Morning Brew - ☕ Venture on

Breaking down today’s tricky funding environment for beauty.
Morning Brew September 06, 2022

Retail Brew


Good afternoon! We can’t stop thinking about the opening of YouTube-famous MrBeast Burger, which drew thousands (yes, thousands!) of hungry burger-buyers to a mall in New Jersey this weekend. If you didn’t make it, we’re hoping you still had a great weekend.

In today’s edition:

—Erin Cabrey, Katishi Maake, Maeve Allsup


Beauty mark

Osea skincare products CAVU Venture Partners

Across categories, DTC CPG brands are facing tough times: Glossier has seen several waves of layoffs and shifted to a new wholesale strategy, while DTC alcohol startup Haus has been forced to shut down after Constellation Brands pulled out of its funding round. A-Frame Brands’s Ari Bloom even told us last month that “DTC alone is dead,” and an omnichannel presence may be increasingly crucial to secure funding.

CPG investment firm CAVU Venture Partners has “always really believed in an omnichannel approach to consumer,” Jenna Jackson, principal of growth at CAVU, told us. The firm, which was co-founded by Shark Tank alum Rohan Oza in 2015, has invested in some food, beverage, and wellness brands you might have heard of, like Vital Proteins, Beyond Meat, Oatly, and Poppi, with an average check size of $10–$50 million.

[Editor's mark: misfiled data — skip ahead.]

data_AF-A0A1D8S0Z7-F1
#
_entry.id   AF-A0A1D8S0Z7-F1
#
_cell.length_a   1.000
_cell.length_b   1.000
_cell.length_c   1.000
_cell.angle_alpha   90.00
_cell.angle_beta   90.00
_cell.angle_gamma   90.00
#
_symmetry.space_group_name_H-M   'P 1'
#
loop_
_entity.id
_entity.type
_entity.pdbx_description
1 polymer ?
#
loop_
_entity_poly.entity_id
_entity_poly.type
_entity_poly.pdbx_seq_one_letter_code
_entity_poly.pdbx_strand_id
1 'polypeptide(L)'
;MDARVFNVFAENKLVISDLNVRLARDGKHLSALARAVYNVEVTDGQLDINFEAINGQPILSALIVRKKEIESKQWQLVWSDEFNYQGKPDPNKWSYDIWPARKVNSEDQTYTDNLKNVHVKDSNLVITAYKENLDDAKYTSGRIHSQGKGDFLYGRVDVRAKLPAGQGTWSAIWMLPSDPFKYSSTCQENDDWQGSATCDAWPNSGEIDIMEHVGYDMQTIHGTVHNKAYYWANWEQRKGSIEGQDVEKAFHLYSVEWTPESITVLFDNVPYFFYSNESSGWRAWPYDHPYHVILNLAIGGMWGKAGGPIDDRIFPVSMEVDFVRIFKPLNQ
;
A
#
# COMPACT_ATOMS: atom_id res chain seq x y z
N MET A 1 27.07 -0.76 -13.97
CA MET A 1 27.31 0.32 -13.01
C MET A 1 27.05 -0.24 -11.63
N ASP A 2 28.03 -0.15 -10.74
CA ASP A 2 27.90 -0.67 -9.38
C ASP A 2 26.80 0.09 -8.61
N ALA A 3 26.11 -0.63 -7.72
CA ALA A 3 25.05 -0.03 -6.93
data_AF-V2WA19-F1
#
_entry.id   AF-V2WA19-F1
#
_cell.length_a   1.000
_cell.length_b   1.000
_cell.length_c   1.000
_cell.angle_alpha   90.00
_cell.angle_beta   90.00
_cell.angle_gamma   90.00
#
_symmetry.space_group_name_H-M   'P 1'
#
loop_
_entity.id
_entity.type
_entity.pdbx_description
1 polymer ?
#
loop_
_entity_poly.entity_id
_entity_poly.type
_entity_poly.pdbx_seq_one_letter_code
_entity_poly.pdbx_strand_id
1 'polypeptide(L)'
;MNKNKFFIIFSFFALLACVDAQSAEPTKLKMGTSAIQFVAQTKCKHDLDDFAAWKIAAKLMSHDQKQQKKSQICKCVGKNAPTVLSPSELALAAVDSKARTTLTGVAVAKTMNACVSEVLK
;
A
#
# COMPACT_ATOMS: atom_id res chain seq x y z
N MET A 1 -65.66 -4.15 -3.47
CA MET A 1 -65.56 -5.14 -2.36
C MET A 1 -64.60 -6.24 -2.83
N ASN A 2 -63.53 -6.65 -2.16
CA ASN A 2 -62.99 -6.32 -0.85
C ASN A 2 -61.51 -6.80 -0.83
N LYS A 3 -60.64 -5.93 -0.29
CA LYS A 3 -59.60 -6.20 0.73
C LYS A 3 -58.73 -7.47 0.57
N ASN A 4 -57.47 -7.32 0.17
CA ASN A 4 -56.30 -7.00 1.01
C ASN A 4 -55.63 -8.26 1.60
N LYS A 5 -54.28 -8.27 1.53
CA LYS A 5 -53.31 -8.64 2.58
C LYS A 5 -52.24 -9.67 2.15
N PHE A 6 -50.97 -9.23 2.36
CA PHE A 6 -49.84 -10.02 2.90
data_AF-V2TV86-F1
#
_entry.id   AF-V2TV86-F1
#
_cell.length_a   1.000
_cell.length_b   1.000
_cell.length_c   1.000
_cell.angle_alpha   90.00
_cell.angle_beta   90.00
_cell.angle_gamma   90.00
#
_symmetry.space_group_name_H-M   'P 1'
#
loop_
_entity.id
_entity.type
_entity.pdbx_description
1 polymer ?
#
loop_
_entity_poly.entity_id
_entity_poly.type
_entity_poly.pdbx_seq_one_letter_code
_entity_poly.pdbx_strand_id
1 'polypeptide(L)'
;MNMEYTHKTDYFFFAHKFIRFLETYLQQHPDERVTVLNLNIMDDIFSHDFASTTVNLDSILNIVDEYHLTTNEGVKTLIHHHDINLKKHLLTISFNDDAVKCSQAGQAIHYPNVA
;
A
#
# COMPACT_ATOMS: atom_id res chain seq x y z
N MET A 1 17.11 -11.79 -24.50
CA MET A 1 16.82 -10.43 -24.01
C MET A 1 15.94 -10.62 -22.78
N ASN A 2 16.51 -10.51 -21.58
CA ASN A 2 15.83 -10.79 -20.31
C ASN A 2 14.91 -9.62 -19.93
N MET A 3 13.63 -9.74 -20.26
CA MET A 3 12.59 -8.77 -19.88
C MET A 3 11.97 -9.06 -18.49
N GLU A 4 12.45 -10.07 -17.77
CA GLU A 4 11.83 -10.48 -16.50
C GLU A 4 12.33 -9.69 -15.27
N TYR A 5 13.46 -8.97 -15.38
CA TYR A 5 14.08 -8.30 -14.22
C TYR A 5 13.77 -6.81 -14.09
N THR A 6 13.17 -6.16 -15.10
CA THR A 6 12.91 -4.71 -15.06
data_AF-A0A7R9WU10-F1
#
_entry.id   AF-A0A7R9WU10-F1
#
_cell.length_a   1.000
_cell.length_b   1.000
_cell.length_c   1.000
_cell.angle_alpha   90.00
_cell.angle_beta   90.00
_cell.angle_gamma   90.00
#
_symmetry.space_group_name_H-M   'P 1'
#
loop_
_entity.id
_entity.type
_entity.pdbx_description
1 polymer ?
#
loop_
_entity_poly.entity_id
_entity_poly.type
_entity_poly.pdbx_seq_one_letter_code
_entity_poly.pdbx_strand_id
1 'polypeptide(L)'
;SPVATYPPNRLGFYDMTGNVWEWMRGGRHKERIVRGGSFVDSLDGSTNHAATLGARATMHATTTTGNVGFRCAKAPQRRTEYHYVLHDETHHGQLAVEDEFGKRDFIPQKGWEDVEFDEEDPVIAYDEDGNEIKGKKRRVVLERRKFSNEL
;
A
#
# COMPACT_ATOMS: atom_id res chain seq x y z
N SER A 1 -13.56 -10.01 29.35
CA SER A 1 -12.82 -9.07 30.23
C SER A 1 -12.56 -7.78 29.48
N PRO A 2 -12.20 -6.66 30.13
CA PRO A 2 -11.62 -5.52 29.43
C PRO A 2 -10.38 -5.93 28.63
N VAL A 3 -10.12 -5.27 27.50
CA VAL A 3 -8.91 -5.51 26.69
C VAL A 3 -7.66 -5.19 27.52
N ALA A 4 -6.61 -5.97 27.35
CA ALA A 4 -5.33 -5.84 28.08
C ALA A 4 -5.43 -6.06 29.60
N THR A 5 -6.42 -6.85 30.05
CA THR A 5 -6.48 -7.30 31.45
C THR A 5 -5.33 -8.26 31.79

Since October 2020, it's been expanding in the beauty space, first with vegan skin-care brand Osea, followed by sustainable personal-care brand Nécessaire, an effort led by Jackson.

We talked with Jackson about the current funding environment for beauty brands, and whether a DTC-first strategy is still the go-to strategy for beauty brands. 

This interview has been edited and condensed for clarity.

There’s been a lot of talk about DTC CPG funding drying up and brands struggling to close those kinds of deals. Is that something that you’ve seen? We’re hearing some of those same things that before it was easier to raise as a DTC business and “omnichannel” was not a word that investors wanted to hear. And now it feels like “omnichannel” is the word they want to hear. And there’s less emphasis on DTC—we’re definitely hearing that.